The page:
IBM criticizes Microsoft about SOA

    IBM criticizes Microsoft for its approach to service-oriented architecture, saying that the software giant offers "nothing representing a messaging infrastructure."

    A service-oriented architecture, or SOA, links operational applications to provide services. Creating an infrastructure where applications are connected to each other using various protocols, including XML, are aimed at improving production processes. SOA requires open standards for interoperability between applications so third-party developers can use them.

    IBM said Redmond’s approach to SOA is hindering its focus on linking MS-compliant processes. IBM Software Group CEO Steven Mills explains his company's displeasure:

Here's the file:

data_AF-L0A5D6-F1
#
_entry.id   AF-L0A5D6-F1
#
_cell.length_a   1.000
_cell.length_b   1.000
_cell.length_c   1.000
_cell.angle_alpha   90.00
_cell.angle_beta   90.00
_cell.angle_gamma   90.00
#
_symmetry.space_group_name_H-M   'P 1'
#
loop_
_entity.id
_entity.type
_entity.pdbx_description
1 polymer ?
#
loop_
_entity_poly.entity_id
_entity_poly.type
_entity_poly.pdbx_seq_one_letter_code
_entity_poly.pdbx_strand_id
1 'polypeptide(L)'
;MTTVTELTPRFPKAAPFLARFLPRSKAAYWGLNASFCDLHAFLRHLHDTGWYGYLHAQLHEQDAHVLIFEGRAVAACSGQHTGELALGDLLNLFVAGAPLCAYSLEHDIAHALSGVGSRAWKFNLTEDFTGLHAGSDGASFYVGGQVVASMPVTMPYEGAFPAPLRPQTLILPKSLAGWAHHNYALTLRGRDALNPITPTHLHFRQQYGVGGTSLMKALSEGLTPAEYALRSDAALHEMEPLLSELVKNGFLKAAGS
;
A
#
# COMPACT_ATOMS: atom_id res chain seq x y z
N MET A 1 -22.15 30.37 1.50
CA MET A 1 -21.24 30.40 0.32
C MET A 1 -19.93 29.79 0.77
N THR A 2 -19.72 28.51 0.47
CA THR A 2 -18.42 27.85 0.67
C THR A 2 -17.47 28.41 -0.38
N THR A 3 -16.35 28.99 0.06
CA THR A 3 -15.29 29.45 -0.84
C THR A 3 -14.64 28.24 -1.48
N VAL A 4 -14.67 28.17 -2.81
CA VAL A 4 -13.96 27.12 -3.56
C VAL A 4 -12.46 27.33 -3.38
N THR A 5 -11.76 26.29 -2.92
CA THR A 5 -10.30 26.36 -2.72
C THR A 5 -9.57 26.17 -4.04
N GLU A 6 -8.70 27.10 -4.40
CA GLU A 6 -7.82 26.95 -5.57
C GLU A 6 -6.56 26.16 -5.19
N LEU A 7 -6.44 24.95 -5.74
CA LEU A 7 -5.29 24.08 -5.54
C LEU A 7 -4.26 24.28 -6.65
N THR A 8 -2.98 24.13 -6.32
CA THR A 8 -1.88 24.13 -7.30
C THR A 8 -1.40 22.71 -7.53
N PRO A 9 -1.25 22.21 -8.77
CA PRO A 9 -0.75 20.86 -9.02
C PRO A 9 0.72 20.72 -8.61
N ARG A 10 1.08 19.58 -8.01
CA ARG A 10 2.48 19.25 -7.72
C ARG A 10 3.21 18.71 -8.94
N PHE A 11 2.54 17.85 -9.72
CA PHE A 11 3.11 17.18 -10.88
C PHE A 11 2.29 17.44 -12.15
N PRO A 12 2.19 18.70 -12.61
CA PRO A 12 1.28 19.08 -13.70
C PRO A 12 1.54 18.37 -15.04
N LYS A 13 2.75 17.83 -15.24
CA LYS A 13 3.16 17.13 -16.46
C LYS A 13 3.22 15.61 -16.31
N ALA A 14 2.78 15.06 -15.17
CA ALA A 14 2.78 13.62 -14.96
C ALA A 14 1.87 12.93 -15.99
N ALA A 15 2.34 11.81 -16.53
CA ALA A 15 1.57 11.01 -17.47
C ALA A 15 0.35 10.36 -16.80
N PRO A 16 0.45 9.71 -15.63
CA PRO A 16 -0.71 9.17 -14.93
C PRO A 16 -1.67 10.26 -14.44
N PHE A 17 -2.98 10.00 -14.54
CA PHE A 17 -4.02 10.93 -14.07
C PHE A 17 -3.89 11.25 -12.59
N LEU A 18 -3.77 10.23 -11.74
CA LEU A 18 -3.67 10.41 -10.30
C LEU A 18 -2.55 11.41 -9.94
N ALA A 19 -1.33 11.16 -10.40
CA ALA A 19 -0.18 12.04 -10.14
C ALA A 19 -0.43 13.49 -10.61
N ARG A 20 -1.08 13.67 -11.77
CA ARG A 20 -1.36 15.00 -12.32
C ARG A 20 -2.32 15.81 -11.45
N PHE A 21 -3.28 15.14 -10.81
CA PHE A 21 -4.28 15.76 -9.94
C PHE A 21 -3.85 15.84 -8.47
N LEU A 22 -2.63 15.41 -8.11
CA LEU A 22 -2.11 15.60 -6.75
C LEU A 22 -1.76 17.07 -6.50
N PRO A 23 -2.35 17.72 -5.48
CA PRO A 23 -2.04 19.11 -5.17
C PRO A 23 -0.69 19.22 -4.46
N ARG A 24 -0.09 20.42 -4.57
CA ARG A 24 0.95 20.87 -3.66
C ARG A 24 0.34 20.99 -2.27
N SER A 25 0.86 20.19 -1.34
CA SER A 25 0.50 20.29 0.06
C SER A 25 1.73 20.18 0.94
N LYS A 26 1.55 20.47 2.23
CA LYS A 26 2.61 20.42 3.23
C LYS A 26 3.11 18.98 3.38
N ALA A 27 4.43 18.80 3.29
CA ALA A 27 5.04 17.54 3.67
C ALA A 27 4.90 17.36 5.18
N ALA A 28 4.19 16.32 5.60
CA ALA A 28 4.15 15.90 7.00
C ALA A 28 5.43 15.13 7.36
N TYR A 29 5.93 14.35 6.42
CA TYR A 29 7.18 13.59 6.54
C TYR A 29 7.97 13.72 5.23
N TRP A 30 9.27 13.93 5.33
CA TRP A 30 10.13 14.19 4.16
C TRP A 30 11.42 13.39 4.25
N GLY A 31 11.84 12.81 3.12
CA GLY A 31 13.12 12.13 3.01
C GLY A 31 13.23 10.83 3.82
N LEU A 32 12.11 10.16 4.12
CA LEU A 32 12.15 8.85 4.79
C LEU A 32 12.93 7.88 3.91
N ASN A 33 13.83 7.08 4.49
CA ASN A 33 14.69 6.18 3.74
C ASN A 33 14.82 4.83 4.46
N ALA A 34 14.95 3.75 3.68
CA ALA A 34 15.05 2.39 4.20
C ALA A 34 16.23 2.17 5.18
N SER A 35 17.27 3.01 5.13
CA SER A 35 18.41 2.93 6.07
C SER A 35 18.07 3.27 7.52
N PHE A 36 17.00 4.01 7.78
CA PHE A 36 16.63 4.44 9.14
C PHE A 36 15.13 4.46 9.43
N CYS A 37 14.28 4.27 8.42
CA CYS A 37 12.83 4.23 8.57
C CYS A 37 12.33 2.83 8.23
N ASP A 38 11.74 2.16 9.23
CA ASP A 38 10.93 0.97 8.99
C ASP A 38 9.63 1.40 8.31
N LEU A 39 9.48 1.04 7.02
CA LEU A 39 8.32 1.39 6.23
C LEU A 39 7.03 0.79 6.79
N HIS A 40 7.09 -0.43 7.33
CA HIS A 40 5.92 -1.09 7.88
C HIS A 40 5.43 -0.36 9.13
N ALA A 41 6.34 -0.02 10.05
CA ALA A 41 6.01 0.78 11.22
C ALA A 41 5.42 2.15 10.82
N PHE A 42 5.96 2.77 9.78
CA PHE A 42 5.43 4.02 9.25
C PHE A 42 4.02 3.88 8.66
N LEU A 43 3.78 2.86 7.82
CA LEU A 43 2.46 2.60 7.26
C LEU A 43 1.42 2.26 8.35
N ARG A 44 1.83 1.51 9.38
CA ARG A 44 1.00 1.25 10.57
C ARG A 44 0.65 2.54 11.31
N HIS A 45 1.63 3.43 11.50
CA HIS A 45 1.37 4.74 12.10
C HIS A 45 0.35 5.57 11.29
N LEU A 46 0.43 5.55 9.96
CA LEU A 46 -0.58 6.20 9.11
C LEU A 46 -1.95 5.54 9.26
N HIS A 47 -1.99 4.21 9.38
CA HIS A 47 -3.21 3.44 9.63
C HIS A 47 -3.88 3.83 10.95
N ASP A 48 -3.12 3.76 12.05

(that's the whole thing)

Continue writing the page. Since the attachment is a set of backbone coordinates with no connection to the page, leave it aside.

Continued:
“We work with all platforms, with all programs. We integrate everything. Microsoft is trying to provide integration opportunities only to those who work on Windows-based platforms. That’s where the big difference is. ”

    Mills finds a huge difference between the approaches of IBM and Microsoft, stating that unlike Microsoft, IBM uses open standards for web services and XML.

    Microsoft and IBM are fighting for XML standards. Microsoft is promoting Office Open XML (OOXML), developed within its own walls, and wants to achieve recognition of OOXML as an ISO standard. The software giant insists that it has achieved Ecma's OOXML certification, the organization responsible for standardizing information and communication technologies, and that OOXML is no longer proprietary.

    Microsoft is one of Ecma's core technology contributors, along with IBM. However, the blue company uses and promotes the OpenDocument Format (ODF), an open and already certified ISO standard. ODF Alliance and most of the opensource community agree that OOXML is proprietary.

    The Redmond company did not comment on the situation at the time of this writing.

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